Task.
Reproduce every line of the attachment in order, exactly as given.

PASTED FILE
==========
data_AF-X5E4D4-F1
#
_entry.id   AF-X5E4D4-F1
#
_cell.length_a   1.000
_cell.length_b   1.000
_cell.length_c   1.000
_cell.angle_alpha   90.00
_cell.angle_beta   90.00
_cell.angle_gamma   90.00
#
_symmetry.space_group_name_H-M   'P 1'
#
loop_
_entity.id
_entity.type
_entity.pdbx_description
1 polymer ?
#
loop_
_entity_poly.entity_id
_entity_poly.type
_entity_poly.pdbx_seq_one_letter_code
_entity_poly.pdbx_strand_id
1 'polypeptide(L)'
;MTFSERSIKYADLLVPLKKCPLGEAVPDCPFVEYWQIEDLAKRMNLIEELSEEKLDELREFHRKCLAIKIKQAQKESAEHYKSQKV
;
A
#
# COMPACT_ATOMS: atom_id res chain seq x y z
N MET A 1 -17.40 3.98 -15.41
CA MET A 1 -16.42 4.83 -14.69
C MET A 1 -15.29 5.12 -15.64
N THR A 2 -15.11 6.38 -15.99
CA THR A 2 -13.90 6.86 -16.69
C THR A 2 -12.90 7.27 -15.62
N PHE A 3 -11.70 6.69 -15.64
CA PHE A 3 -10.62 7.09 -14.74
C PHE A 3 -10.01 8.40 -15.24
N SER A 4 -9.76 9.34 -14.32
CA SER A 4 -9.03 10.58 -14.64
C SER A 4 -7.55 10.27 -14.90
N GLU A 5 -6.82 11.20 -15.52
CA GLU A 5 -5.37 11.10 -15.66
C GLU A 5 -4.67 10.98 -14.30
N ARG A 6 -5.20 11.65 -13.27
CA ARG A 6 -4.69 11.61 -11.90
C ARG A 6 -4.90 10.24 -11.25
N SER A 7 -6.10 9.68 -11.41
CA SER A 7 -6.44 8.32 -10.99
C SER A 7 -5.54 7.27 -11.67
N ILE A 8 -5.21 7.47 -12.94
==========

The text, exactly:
data_AF-X5E4D4-F1
#
_entry.id   AF-X5E4D4-F1
#
_cell.length_a   1.000
_cell.length_b   1.000
_cell.length_c   1.000
_cell.angle_alpha   90.00
_cell.angle_beta   90.00
_cell.angle_gamma   90.00
#
_symmetry.space_group_name_H-M   'P 1'
#
loop_
_entity.id
_entity.type
_entity.pdbx_description
1 polymer ?
#
loop_
_entity_poly.entity_id
_entity_poly.type
_entity_poly.pdbx_seq_one_letter_code
_entity_poly.pdbx_strand_id
1 'polypeptide(L)'
;MTFSERSIKYADLLVPLKKCPLGEAVPDCPFVEYWQIEDLAKRMNLIEELSEEKLDELREFHRKCLAIKIKQAQKESAEHYKSQKV
;
A
#
# COMPACT_ATOMS: atom_id res chain seq x y z
N MET A 1 -17.40 3.98 -15.41
CA MET A 1 -16.42 4.83 -14.69
C MET A 1 -15.29 5.12 -15.64
N THR A 2 -15.11 6.38 -15.99
CA THR A 2 -13.90 6.86 -16.69
C THR A 2 -12.90 7.27 -15.62
N PHE A 3 -11.70 6.69 -15.64
CA PHE A 3 -10.62 7.09 -14.74
C PHE A 3 -10.01 8.40 -15.24
N SER A 4 -9.76 9.34 -14.32
CA SER A 4 -9.03 10.58 -14.64
C SER A 4 -7.55 10.27 -14.90
N GLU A 5 -6.82 11.20 -15.52
CA GLU A 5 -5.37 11.10 -15.66
C GLU A 5 -4.67 10.98 -14.30
N ARG A 6 -5.20 11.65 -13.27
CA ARG A 6 -4.69 11.61 -11.90
C ARG A 6 -4.90 10.24 -11.25
N SER A 7 -6.10 9.68 -11.41
CA SER A 7 -6.44 8.32 -10.99
C SER A 7 -5.54 7.27 -11.67
N ILE A 8 -5.21 7.47 -12.94